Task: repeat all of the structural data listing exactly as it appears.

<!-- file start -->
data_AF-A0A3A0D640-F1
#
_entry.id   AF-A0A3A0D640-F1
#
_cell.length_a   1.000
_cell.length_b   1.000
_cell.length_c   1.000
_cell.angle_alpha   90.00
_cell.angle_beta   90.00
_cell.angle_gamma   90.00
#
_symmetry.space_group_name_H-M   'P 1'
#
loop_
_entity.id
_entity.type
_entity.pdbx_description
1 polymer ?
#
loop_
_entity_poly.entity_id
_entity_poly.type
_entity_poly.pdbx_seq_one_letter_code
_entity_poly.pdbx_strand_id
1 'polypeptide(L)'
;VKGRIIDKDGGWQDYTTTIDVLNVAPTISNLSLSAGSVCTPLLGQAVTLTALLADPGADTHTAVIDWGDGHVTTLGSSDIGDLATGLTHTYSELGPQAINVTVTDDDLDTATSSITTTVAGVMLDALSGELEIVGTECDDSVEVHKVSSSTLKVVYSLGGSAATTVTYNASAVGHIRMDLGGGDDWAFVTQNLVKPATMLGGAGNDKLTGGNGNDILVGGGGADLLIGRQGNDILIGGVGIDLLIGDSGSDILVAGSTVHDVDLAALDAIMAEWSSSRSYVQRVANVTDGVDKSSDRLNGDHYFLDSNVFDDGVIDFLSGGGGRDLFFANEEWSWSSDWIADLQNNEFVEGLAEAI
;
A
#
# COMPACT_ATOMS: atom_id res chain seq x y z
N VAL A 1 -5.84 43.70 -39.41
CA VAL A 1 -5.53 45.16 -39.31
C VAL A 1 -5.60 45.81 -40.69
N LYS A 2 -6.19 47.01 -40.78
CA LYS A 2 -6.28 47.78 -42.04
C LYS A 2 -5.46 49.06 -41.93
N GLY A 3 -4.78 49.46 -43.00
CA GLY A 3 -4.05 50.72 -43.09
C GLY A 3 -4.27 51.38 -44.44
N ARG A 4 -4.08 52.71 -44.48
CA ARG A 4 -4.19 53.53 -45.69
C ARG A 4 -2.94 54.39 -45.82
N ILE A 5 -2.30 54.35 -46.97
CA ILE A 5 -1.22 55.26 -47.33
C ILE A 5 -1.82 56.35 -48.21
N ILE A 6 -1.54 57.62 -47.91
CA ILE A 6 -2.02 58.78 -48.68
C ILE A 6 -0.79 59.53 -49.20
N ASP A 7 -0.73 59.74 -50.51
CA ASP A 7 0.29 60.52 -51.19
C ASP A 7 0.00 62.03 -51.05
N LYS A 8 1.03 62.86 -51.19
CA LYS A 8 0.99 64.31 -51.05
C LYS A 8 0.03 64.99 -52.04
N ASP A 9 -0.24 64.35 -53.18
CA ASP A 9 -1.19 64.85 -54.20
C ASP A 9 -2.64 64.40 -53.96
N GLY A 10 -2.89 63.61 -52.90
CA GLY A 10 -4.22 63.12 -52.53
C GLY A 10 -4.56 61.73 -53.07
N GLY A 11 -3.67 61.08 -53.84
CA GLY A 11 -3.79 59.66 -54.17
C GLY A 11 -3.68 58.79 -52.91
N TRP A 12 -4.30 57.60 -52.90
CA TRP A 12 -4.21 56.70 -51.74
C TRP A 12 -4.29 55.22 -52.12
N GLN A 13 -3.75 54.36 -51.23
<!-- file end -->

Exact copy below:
data_AF-A0A3A0D640-F1
#
_entry.id   AF-A0A3A0D640-F1
#
_cell.length_a   1.000
_cell.length_b   1.000
_cell.length_c   1.000
_cell.angle_alpha   90.00
_cell.angle_beta   90.00
_cell.angle_gamma   90.00
#
_symmetry.space_group_name_H-M   'P 1'
#
loop_
_entity.id
_entity.type
_entity.pdbx_description
1 polymer ?
#
loop_
_entity_poly.entity_id
_entity_poly.type
_entity_poly.pdbx_seq_one_letter_code
_entity_poly.pdbx_strand_id
1 'polypeptide(L)'
;VKGRIIDKDGGWQDYTTTIDVLNVAPTISNLSLSAGSVCTPLLGQAVTLTALLADPGADTHTAVIDWGDGHVTTLGSSDIGDLATGLTHTYSELGPQAINVTVTDDDLDTATSSITTTVAGVMLDALSGELEIVGTECDDSVEVHKVSSSTLKVVYSLGGSAATTVTYNASAVGHIRMDLGGGDDWAFVTQNLVKPATMLGGAGNDKLTGGNGNDILVGGGGADLLIGRQGNDILIGGVGIDLLIGDSGSDILVAGSTVHDVDLAALDAIMAEWSSSRSYVQRVANVTDGVDKSSDRLNGDHYFLDSNVFDDGVIDFLSGGGGRDLFFANEEWSWSSDWIADLQNNEFVEGLAEAI
;
A
#
# COMPACT_ATOMS: atom_id res chain seq x y z
N VAL A 1 -5.84 43.70 -39.41
CA VAL A 1 -5.53 45.16 -39.31
C VAL A 1 -5.60 45.81 -40.69
N LYS A 2 -6.19 47.01 -40.78
CA LYS A 2 -6.28 47.78 -42.04
C LYS A 2 -5.46 49.06 -41.93
N GLY A 3 -4.78 49.46 -43.00
CA GLY A 3 -4.05 50.72 -43.09
C GLY A 3 -4.27 51.38 -44.44
N ARG A 4 -4.08 52.71 -44.48
CA ARG A 4 -4.19 53.53 -45.69
C ARG A 4 -2.94 54.39 -45.82
N ILE A 5 -2.30 54.35 -46.97
CA ILE A 5 -1.22 55.26 -47.33
C ILE A 5 -1.82 56.35 -48.21
N ILE A 6 -1.54 57.62 -47.91
CA ILE A 6 -2.02 58.78 -48.68
C ILE A 6 -0.79 59.53 -49.20
N ASP A 7 -0.73 59.74 -50.51
CA ASP A 7 0.29 60.52 -51.19
C ASP A 7 0.00 62.03 -51.05
N LYS A 8 1.03 62.86 -51.19
CA LYS A 8 0.99 64.31 -51.05
C LYS A 8 0.03 64.99 -52.04
N ASP A 9 -0.24 64.35 -53.18
CA ASP A 9 -1.19 64.85 -54.20
C ASP A 9 -2.64 64.40 -53.96
N GLY A 10 -2.89 63.61 -52.90
CA GLY A 10 -4.22 63.12 -52.53
C GLY A 10 -4.56 61.73 -53.07
N GLY A 11 -3.67 61.08 -53.84
CA GLY A 11 -3.79 59.66 -54.17
C GLY A 11 -3.68 58.79 -52.91
N TRP A 12 -4.30 57.60 -52.90
CA TRP A 12 -4.21 56.70 -51.74
C TRP A 12 -4.29 55.22 -52.12
N GLN A 13 -3.75 54.36 -51.23